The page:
Fields, Othello, A Midsummer Night's Dream, Sir William D'Avenant's Company, after and The Taming of the Shrew are the only having played for some time at the Cockpit in plays of Shakspeare which Downes the prompDrury-Lane, and in Salisbury Court, removed ter mentions, as having been performed by the in March or April, 1662, to a new theatre in united companies : A Midsummer-Night's Dream Portugal Row, near Lincoln's Inn Fields. was transformed into an opera, and The TumMr. Belterton, bis principal actor, we are told | ing of the Shrew was exhibited as altered by by Downes, was admired in the part of Pericles, Lacy. Dryden's Troilus and Cressida, howwhich he frequently performed before the open ever, the two parts of King IV., Thelfth Night, ing of the new theatre; and while this company | Macbeth, King Henry VIII., Julius Cæsar, continued to act in Portugal Row, they repre- and Hamlet, were without doubt somelimes sonted the following plays of Sbakspeare, and represented in the same period : and Tate and Dursey furnished the scene with miserable tions of his pieces were preferred to the origialterations of Coriolanus, King Richard II., nals. Dursey's Injured Princess, which had King Lear, and Cymbeline.* Otway's Caius not been acted from 1697, was again revived Marius, which was produced in 1680, usurped at Drury Lane, October 5, 1717, and afterthe place of our poet's Romeo and Juliet for wards often represented. Even Ravenscroft's Dear seventy years, and Lord Lansdown's Jem Titus Andronicus, in which all the faults of the of Venice kept possession of the stage from the original are greatly aggravated, took its turn on time of its first exhibition in 1701, to the year the scene, and after an intermission of fifteen 1741. Dryden's All for Love, from 1678 to years was revived at Drury Lane in August, 1759, was performed instead of our author's 1717, and afterwards frequently performed Antony and Cleopatra; and D'Avenant's altera- both at that theatre and the theatre in Lintion of Macbeth in like manner was preferred to coln's Inn Fields, where it was exhibited for oor author's tragedy, from its first exhibition in the first time, Dec. 21, 1720. Coriolanus, 1663, for near eighty years.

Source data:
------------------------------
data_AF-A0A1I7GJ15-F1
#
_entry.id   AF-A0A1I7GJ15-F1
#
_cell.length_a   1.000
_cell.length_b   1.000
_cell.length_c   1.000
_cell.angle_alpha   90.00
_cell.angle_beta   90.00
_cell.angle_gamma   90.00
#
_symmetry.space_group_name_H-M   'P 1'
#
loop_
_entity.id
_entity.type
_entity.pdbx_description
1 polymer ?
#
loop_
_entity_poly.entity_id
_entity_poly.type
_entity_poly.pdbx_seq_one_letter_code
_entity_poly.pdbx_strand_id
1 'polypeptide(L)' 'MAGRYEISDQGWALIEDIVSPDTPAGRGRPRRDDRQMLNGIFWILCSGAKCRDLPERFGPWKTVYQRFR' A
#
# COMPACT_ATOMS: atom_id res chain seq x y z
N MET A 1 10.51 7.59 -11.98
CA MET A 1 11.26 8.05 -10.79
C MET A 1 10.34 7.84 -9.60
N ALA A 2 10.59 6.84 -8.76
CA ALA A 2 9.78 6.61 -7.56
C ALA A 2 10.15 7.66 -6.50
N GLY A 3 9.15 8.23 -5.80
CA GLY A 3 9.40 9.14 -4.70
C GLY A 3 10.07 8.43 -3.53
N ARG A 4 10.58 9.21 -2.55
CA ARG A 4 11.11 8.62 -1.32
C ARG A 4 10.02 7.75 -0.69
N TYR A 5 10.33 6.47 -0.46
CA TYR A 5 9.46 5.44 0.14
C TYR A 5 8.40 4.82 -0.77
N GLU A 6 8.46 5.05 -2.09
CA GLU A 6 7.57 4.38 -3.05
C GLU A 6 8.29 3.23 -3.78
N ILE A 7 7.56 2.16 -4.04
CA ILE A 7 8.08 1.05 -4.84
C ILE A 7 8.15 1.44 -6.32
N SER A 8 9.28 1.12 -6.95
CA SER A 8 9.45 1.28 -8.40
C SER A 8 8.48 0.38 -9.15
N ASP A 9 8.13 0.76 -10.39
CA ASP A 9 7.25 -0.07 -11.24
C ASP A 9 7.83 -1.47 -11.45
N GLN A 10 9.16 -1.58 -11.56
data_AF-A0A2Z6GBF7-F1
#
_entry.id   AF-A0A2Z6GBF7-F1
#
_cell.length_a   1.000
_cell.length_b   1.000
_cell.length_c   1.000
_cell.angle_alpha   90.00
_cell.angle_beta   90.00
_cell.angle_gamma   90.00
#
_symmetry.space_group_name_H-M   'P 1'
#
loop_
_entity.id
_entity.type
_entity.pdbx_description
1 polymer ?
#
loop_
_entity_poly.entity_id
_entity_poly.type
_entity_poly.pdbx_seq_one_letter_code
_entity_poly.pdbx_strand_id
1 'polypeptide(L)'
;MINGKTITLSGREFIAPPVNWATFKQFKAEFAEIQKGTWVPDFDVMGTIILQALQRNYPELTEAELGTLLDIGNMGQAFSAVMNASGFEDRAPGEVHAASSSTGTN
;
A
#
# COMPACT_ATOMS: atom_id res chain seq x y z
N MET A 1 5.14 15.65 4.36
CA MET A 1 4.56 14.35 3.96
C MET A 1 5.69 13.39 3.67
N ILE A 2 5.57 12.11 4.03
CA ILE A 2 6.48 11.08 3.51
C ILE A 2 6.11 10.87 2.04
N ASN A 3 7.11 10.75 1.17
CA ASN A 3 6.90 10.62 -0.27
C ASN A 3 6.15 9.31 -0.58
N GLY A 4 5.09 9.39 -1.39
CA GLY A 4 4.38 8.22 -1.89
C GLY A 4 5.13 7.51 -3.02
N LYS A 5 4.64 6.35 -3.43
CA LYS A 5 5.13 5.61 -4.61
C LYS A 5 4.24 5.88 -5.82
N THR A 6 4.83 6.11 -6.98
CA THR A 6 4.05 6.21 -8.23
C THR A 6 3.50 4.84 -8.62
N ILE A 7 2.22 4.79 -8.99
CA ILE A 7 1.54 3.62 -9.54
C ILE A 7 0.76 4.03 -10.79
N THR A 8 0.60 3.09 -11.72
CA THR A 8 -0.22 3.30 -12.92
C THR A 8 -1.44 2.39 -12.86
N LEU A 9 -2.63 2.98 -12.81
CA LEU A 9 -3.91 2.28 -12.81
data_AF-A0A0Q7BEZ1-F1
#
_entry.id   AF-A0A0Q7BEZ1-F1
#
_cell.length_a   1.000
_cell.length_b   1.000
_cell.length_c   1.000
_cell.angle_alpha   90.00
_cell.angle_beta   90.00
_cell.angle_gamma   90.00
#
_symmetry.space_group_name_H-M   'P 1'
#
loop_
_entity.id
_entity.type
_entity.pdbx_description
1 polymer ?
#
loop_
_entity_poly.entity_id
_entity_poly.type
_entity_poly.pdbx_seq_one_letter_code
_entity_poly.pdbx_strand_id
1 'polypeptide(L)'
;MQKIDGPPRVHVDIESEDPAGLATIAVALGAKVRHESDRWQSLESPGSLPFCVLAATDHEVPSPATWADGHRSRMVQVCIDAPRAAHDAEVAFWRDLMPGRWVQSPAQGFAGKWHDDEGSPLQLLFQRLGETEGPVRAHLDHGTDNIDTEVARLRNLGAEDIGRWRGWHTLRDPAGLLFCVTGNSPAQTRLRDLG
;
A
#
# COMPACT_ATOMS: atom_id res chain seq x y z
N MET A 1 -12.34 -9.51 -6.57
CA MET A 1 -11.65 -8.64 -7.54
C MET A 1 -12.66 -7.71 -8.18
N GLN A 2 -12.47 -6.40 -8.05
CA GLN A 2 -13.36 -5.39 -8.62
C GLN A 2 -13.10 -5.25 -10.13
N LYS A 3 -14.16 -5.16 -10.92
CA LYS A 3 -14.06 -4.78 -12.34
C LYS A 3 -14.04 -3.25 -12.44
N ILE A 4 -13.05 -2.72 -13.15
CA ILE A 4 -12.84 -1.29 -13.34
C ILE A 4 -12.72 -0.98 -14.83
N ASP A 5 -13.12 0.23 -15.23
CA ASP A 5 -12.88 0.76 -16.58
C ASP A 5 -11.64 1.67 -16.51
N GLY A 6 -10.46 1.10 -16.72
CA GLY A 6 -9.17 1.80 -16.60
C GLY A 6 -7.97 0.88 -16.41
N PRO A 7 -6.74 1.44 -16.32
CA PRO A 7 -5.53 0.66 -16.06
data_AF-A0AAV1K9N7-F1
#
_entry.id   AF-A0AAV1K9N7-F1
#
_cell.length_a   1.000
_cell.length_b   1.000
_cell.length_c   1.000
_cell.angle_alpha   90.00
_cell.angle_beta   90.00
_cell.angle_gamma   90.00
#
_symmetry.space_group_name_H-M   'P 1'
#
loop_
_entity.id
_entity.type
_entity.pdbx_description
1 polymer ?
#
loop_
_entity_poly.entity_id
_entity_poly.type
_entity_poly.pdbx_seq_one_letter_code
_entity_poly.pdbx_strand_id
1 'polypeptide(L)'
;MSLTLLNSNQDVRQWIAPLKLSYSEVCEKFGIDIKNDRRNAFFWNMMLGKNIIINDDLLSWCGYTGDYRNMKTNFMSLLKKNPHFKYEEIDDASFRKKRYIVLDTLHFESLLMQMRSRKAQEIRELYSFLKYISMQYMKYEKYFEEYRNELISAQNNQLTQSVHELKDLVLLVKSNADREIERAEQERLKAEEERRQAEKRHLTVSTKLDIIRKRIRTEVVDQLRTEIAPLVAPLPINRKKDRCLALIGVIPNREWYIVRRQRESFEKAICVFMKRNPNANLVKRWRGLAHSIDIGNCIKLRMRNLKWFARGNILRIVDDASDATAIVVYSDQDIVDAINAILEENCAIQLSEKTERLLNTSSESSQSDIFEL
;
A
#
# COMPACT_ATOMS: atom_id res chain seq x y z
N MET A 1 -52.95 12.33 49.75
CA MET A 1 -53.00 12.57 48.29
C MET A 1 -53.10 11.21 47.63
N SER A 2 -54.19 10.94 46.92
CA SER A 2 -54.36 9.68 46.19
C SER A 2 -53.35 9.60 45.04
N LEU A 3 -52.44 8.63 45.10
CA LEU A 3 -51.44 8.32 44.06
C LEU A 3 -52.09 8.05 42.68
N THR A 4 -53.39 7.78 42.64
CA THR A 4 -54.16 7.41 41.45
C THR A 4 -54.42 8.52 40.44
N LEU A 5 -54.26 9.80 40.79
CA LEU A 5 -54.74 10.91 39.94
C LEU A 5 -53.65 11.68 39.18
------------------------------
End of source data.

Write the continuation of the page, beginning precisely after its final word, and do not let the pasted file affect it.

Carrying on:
which had not been acted for twenty years, was In the year 1700 Cibber produced his alte- revived at the theatre in Lincoln's Inn Fields, ration of King Richard III. I do not find that Dec. 13, 1718; and in Dec. 1719, King this play, which was so popular in Shakspeare's Richard II. was revived at the samne theatre; time, was performed from the time of the Res- but probably neither of these plays was then foration to the end of the seventeenth century. represenled as originally written by ShakTbe play with Cibber's alterations was once speare.* Measure for Measure, which had performed at Drury Lane in 1703, and lay not been acted, I imagine, from the time of dormant from that time to the 28th of Jan. the suppression of the theatres in 1642, was 1710, when it was revived at the Opera House revived at the same theatre, Dec. 8, 1720, in tbe Haymarket; since which time it has for the purpose of producing Mr. Quin in the been represented, I believe, more frequently character of the Duke, which he frequently than any of our author's dramas, except performed with success in that and the followHamlet.